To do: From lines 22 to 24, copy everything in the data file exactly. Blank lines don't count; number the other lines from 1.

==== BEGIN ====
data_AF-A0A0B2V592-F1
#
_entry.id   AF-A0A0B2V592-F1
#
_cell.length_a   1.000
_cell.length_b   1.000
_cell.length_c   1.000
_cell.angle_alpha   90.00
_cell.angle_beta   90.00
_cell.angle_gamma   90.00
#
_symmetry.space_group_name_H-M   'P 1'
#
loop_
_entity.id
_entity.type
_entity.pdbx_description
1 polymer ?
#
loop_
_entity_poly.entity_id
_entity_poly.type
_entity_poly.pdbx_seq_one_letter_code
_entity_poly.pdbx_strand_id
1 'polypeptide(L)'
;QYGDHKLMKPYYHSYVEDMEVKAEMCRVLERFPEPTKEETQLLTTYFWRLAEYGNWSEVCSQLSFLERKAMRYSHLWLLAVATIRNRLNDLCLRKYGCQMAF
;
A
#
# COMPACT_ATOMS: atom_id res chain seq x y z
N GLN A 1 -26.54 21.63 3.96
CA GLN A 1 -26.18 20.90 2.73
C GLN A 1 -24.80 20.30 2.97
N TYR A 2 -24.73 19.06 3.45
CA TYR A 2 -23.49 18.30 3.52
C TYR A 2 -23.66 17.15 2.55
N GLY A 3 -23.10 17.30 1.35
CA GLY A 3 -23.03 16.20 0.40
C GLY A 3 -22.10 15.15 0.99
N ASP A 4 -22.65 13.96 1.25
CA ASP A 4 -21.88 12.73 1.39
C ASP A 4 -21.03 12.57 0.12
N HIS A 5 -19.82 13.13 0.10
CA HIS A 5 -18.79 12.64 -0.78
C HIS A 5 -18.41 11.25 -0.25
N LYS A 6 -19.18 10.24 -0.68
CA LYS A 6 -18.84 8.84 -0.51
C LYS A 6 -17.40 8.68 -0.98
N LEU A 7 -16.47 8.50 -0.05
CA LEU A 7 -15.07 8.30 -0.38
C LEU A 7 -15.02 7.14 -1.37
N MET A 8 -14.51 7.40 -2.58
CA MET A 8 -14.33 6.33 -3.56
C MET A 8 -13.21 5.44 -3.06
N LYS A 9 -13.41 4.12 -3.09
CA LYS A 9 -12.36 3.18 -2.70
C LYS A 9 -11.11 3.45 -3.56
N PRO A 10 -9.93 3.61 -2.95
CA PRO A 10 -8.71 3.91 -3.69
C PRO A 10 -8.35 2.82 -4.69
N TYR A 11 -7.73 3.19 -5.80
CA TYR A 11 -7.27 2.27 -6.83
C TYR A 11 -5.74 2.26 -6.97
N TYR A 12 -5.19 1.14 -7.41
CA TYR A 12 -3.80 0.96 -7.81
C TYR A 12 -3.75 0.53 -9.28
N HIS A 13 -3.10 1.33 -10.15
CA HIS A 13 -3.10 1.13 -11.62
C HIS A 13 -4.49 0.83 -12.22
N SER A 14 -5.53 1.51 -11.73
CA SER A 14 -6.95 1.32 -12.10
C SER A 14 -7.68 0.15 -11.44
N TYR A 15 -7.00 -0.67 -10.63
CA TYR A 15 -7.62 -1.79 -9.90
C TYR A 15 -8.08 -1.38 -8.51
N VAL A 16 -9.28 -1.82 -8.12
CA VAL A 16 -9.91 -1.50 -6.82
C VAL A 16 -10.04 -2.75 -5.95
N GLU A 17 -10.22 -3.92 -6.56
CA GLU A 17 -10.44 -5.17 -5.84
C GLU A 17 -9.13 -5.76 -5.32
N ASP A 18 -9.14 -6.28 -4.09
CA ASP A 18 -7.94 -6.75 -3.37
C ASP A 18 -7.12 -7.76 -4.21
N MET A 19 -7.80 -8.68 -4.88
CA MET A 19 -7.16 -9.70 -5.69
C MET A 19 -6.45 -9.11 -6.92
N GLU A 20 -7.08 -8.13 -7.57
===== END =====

_entity_poly.type
_entity_poly.pdbx_seq_one_letter_code
_entity_poly.pdbx_strand_id